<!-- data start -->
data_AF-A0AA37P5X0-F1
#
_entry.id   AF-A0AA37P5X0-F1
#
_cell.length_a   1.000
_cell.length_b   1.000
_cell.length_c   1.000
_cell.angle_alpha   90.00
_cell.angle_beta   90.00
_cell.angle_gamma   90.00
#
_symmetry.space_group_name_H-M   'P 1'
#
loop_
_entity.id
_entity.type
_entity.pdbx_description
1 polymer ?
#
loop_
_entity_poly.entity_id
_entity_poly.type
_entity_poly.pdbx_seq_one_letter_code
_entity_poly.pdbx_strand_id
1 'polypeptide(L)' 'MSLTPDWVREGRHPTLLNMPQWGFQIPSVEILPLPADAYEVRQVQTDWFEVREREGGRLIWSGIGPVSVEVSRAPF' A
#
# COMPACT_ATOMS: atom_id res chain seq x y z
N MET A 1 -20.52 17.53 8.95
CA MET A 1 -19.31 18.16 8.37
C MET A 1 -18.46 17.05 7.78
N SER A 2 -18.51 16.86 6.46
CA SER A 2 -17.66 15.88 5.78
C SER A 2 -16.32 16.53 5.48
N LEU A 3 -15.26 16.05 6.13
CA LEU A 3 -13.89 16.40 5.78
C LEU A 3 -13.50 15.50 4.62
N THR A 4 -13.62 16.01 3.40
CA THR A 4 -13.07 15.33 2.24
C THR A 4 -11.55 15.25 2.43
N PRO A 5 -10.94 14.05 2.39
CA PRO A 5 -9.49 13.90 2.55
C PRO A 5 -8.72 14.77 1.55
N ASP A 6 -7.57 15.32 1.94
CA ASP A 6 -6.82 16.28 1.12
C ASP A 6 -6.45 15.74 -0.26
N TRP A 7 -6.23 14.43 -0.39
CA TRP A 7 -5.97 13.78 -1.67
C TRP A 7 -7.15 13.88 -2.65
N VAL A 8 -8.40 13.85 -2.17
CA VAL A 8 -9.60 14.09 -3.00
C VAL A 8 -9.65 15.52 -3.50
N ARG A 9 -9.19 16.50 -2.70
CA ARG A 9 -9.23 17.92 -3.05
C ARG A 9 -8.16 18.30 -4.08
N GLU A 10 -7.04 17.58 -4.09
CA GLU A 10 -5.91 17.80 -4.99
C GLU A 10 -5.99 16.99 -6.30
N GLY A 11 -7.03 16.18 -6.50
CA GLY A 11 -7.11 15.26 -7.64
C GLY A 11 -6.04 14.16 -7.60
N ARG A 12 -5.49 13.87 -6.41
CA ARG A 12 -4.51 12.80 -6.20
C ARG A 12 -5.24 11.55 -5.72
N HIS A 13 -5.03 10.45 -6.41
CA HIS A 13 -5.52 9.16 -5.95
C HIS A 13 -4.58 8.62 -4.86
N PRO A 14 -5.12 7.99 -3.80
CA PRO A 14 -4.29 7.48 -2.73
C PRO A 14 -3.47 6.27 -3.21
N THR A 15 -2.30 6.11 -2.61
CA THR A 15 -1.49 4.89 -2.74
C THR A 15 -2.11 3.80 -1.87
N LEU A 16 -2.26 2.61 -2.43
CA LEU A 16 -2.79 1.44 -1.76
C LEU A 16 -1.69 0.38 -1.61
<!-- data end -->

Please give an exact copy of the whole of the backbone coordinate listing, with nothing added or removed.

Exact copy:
data_AF-A0AA37P5X0-F1
#
_entry.id   AF-A0AA37P5X0-F1
#
_cell.length_a   1.000
_cell.length_b   1.000
_cell.length_c   1.000
_cell.angle_alpha   90.00
_cell.angle_beta   90.00
_cell.angle_gamma   90.00
#
_symmetry.space_group_name_H-M   'P 1'
#
loop_
_entity.id
_entity.type
_entity.pdbx_description
1 polymer ?
#
loop_
_entity_poly.entity_id
_entity_poly.type
_entity_poly.pdbx_seq_one_letter_code
_entity_poly.pdbx_strand_id
1 'polypeptide(L)' 'MSLTPDWVREGRHPTLLNMPQWGFQIPSVEILPLPADAYEVRQVQTDWFEVREREGGRLIWSGIGPVSVEVSRAPF' A
#
# COMPACT_ATOMS: atom_id res chain seq x y z
N MET A 1 -20.52 17.53 8.95
CA MET A 1 -19.31 18.16 8.37
C MET A 1 -18.46 17.05 7.78
N SER A 2 -18.51 16.86 6.46
CA SER A 2 -17.66 15.88 5.78
C SER A 2 -16.32 16.53 5.48
N LEU A 3 -15.26 16.05 6.13
CA LEU A 3 -13.89 16.40 5.78
C LEU A 3 -13.50 15.50 4.62
N THR A 4 -13.62 16.01 3.40
CA THR A 4 -13.07 15.33 2.24
C THR A 4 -11.55 15.25 2.43
N PRO A 5 -10.94 14.05 2.39
CA PRO A 5 -9.49 13.90 2.55
C PRO A 5 -8.72 14.77 1.55
N ASP A 6 -7.57 15.32 1.94
CA ASP A 6 -6.82 16.28 1.12
C ASP A 6 -6.45 15.74 -0.26
N TRP A 7 -6.23 14.43 -0.39
CA TRP A 7 -5.97 13.78 -1.67
C TRP A 7 -7.15 13.88 -2.65
N VAL A 8 -8.40 13.85 -2.17
CA VAL A 8 -9.60 14.09 -3.00
C VAL A 8 -9.65 15.52 -3.50
N ARG A 9 -9.19 16.50 -2.70
CA ARG A 9 -9.23 17.92 -3.05
C ARG A 9 -8.16 18.30 -4.08
N GLU A 10 -7.04 17.58 -4.09
CA GLU A 10 -5.91 17.80 -4.99
C GLU A 10 -5.99 16.99 -6.30
N GLY A 11 -7.03 16.18 -6.50
CA GLY A 11 -7.11 15.26 -7.64
C GLY A 11 -6.04 14.16 -7.60
N ARG A 12 -5.49 13.87 -6.41
CA ARG A 12 -4.51 12.80 -6.20
C ARG A 12 -5.24 11.55 -5.72
N HIS A 13 -5.03 10.45 -6.41
CA HIS A 13 -5.52 9.16 -5.95
C HIS A 13 -4.58 8.62 -4.86
N PRO A 14 -5.12 7.99 -3.80
CA PRO A 14 -4.29 7.48 -2.73
C PRO A 14 -3.47 6.27 -3.21
N THR A 15 -2.30 6.11 -2.61
CA THR A 15 -1.49 4.89 -2.74
C THR A 15 -2.11 3.80 -1.87
N LEU A 16 -2.26 2.61 -2.43
CA LEU A 16 -2.79 1.44 -1.76
C LEU A 16 -1.69 0.38 -1.61